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Adding someone else to a project
December 15, 2011 2:36 PM   Subscribe

Adding someone else to a project.

Ok, so I've just recently had an idea for a possible project that could be published (nothing like this has been done before in my field). I made up a list of people I could ask to be involved and got in touch with them all individually. One person seemed really keen to be involved, and then asked if they could be co-lead on the project.

Now, I've run similar projects like this before by myself, and I'm not quite sure whether to take them up on their offer. I don't know them personally and know about their work in a very general kind of way.

Of course, it would be great to have help on this, if just to bounce ideas off of someone else, but is the not knowing them (either professionally or personally) a big deal? Is it silly to want to 'hog the glory'? I'm all sorts of conflicted and was hoping you good folks on the green could maybe help me figure things out.
posted by Scottie_Bob to Work & Money (5 answers total)
 
I think you should either lead or they should lead. There's only such a thing as "co-leader" until disagreement emerges. If they're the ones to lead, they need to prove themselves worthy since you're the leader by default, and the two of you should agree on all the other roles. If taking credit matters to you, that's fine, but it does probably make the answer no unless you can be a prolific founder while not actually telling others what to do -- which is definitely doable.
posted by michaelh at 3:51 PM on December 15, 2011


Projects with two leaders end up with no leader the minute you don't agree on something. Could you make the person an 'Assistant Project Leader' and allocate specific responsibilities, but make it clear that, if push comes to shove, you are the boss?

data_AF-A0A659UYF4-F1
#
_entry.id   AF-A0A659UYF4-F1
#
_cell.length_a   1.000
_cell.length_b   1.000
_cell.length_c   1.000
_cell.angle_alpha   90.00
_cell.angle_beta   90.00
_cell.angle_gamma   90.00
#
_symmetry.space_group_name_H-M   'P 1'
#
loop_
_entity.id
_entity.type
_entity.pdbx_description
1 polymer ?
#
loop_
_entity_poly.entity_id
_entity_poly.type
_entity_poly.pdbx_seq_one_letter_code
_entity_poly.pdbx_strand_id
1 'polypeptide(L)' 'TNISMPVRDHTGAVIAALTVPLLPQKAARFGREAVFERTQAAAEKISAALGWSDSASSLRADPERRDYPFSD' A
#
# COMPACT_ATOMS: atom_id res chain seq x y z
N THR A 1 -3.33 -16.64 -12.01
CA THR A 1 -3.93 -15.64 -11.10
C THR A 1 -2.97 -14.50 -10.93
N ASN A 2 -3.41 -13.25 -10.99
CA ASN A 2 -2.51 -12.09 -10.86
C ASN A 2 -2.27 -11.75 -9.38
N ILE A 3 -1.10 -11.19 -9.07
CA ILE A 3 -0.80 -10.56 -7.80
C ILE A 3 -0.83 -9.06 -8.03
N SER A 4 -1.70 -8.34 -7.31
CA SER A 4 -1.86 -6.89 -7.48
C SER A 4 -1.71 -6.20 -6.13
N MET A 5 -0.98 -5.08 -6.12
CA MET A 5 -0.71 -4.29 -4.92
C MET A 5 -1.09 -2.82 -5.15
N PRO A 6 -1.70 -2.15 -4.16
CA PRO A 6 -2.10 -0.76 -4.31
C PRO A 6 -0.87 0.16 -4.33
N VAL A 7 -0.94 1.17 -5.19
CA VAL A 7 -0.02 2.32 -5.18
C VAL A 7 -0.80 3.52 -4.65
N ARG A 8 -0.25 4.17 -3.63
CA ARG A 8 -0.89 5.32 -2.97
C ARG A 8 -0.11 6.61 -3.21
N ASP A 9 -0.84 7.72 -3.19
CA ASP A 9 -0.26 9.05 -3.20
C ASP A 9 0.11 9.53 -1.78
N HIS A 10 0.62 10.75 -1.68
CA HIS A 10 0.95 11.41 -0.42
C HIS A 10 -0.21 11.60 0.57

posted by dg at 6:06 PM on December 15, 2011


I'd lean towards no, but you haven't really given us enough to work with.

What are they bringing to the table, would listing them as a co-PI help a grant or publication get off the ground? Do they have excellent connections that could get you needed access to some location/information/people? Is there enough work so that if you have a team of five people, this co-leader could be given enough work to justify a description that elevates them over the other collaborators?

Would co-lead just be a meaningless title which would just allow them to say on a resume they "co-led" the project. (If so, let them be a co-leader.)

Only one person can be first author on a paper if that is the main product that is going to come out of this. If it was your idea, and you are doing at least your share of the work, that person should be you.
posted by pseudonick at 10:30 PM on December 15, 2011


Sorry for being so vague! The project is an edited volume, and they are slated to be one of the contributors. Not sure if it would help the overall project, they're more or less at the same stage in their career as I am, but there's definitely enough work that it could be evenly divided up.
posted by Scottie_Bob at 1:09 AM on December 16, 2011


Do you want a co-leader, or are you happy to do all the work yourself? Do you think you can push this project forward on your own, or are you worried that it might not happen?

If the idea of a co-leader appeals to you (and I would say that if you don't really know this person, the main motivation would be your desire to share the work and move the project forward), maybe you could set up an initial meeting to discuss the possibility of co-leading this project. It could be by phone/Skype if you're not local. That would give you a chance to see if you're on the same page about what the project would be, talk about how much work is involved and how you would want to split it up, and how much each of you could contribute. You should be clear that you had planned to lead the project by yourself, but you're open to meeting with this person and talking about the idea of having them help without committing to anything.
posted by chickenmagazine at 8:31 AM on December 16, 2011


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